Like the people he met two millennia ago, Christ calls us from our varied stations in life to follow him and be his disciples. And in the succeeding 2,000 years Christians have struggled with exactly how to be faithful disciples of Christ while keeping their jobs, raising families, paying taxes and being good citizens of the countries in which they live.
Exercise 1: What’s a disciple?
We use the term “discipleship” freely, but what exactly is a disciple? Draft a “job description” for a disciple, listing all appropriate duties, responsibilities, commitments, attitudes and work habits. When done, discuss:
• How is a disciple different from a follower, a believer, a seeker or a church member?
Exercise 2: Great Commission
In Matthew 28:18-20, Jesus commands his followers to “make disciples of all nations.”
• Given the job description your group has come up with, why does this make sense?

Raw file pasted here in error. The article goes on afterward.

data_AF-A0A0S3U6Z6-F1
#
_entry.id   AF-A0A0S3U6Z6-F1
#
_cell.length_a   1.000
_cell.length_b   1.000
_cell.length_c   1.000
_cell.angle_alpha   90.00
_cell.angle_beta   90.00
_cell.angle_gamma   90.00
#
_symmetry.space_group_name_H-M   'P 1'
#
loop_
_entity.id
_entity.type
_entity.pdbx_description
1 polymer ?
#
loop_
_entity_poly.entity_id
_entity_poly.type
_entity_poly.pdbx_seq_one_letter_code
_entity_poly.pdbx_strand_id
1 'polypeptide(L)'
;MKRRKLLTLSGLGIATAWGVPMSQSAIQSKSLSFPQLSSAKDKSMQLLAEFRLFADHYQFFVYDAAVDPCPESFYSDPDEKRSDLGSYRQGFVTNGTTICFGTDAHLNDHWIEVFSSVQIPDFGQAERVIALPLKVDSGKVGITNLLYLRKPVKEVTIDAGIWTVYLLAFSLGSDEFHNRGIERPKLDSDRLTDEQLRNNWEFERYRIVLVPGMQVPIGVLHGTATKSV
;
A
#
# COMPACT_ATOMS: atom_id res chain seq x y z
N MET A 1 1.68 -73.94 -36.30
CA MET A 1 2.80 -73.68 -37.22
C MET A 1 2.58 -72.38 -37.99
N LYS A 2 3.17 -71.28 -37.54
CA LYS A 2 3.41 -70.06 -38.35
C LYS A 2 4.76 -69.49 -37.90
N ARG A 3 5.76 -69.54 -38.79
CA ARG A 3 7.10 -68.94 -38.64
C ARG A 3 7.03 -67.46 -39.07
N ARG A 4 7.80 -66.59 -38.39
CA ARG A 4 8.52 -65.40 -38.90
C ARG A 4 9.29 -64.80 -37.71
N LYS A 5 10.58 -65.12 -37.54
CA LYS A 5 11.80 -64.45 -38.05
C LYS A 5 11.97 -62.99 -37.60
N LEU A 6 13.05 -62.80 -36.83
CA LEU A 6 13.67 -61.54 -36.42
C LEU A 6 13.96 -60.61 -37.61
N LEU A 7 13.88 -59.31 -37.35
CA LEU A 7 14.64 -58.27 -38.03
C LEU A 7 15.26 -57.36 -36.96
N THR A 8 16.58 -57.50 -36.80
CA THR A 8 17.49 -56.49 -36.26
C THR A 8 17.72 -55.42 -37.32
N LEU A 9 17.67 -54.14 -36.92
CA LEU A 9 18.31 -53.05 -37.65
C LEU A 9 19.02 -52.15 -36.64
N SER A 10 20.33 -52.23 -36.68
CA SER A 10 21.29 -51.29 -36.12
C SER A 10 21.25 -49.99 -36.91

• Is it a primary task, then, of disciples to make other disciples? (Was that on your job description?)
• Why doesn’t Jesus command us to make “church members” of all nations?
• Does your congregation seek to make church members or disciples?
• What are the specific tasks Jesus mentions for making these disciples?
• How do you teach obedience?
• At your congregation what needs to be done?
Exercise 3: Disciple-making
• Do you consider yourself a disciple?
• Who (or what resource) taught/teaches you how to be a disciple?
• Is it something you learn all at once?
• What have you learned over the years?
• What advice would you give to someone who wants to be a disciple?
• How does your congregation encourage, inspire, nourish or teach people to be disciples?
• What could your congregation do better?
Exercise 4: The Way
Acts of the Apostles makes it clear (in 18:25-26 and elsewhere) that some of the earliest Christians called their faith simply “the Way.”
• In contrast to the way of the word, what does the Way of Christ mean?
• In what manner is Christianity still (and always) the way for humanity? For your congregation? For you?
• Looking at Acts, what risks, responsibilities and sacrifices are involved in being a disciple of the Way?
• Is that different from discipleship commonly practiced in the ELCA, in your congregation or in your life?
• What can we learn from Acts?
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© 2014 Augsburg Fortress, Publishers